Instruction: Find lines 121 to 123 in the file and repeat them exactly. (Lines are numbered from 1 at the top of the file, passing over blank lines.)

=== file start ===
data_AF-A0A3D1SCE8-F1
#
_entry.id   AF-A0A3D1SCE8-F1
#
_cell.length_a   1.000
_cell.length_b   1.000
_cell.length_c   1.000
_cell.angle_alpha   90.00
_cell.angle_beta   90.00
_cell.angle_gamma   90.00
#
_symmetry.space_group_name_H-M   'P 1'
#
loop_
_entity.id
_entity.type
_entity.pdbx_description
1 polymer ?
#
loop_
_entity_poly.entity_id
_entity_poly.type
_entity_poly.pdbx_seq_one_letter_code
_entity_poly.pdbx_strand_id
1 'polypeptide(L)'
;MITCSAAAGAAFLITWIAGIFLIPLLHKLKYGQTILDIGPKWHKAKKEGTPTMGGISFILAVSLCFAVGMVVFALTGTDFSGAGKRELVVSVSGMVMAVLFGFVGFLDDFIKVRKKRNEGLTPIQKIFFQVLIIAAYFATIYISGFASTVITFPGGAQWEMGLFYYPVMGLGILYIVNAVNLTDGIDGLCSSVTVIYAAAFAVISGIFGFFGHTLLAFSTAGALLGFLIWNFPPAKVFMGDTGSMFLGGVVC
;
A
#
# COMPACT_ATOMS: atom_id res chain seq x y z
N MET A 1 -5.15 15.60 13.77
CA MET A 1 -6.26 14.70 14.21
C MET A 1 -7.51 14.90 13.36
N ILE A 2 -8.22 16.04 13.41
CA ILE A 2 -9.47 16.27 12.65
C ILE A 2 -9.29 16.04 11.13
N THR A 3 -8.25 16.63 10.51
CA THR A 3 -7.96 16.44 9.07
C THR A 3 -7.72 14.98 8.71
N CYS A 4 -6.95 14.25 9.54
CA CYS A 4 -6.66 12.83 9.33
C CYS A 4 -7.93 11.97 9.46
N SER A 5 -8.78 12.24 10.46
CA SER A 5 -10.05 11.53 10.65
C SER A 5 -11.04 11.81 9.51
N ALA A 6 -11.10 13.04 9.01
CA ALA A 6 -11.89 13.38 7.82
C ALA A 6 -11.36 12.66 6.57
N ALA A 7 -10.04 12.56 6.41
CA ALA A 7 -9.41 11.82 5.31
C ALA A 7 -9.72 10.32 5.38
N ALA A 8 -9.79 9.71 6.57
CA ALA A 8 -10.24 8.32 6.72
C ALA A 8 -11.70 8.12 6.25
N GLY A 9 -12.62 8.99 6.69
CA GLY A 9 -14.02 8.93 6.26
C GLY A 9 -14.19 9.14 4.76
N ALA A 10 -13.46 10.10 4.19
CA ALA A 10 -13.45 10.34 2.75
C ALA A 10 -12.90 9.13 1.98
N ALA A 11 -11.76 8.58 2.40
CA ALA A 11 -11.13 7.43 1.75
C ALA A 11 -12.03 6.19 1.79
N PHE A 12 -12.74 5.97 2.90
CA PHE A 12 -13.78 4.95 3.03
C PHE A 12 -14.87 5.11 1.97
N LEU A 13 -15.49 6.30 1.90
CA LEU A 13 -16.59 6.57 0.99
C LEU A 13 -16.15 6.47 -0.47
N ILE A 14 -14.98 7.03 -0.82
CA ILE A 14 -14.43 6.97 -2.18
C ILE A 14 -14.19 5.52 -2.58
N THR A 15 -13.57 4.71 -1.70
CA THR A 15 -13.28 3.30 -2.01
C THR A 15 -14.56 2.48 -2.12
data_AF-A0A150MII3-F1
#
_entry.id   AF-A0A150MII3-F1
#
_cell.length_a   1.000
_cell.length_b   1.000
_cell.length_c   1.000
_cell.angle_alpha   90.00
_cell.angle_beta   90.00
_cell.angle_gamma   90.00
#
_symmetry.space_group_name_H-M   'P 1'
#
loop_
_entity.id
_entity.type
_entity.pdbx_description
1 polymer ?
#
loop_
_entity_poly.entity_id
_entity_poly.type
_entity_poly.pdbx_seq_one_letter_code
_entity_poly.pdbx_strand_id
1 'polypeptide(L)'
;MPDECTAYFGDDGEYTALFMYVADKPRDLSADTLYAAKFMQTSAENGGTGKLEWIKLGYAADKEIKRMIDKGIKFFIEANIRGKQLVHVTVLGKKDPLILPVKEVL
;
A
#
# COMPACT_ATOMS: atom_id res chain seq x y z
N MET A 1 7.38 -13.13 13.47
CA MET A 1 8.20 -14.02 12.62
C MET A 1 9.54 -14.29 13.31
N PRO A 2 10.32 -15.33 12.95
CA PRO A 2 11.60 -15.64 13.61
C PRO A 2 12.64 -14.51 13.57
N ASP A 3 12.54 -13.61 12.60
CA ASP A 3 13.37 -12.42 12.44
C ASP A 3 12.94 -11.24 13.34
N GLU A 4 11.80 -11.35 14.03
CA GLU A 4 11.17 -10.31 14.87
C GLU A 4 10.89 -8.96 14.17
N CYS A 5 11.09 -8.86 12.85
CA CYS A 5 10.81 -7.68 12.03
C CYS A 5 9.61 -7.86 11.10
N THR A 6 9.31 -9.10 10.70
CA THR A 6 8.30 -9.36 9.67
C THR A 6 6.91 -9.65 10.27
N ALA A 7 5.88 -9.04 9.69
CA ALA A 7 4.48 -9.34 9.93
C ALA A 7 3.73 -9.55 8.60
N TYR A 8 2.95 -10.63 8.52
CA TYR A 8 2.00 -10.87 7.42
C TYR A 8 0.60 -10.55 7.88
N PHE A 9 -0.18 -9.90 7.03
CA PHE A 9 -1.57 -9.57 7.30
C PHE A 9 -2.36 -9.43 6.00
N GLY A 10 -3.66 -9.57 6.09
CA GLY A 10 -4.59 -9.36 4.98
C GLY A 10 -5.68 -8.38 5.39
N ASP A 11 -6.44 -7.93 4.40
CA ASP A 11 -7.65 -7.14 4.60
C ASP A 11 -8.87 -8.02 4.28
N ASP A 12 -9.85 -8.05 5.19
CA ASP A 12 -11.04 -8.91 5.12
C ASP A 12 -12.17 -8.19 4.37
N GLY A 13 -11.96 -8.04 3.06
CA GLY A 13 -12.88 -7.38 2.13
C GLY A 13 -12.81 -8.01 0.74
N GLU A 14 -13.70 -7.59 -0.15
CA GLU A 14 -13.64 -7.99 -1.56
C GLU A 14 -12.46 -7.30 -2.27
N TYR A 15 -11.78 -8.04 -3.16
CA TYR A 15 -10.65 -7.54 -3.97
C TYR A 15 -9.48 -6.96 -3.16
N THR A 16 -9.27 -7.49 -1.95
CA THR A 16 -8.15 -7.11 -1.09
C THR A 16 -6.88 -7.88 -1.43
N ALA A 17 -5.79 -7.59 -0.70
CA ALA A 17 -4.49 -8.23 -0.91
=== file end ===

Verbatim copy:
N THR A 6 9.31 -9.10 10.70
CA THR A 6 8.30 -9.36 9.67
C THR A 6 6.91 -9.65 10.27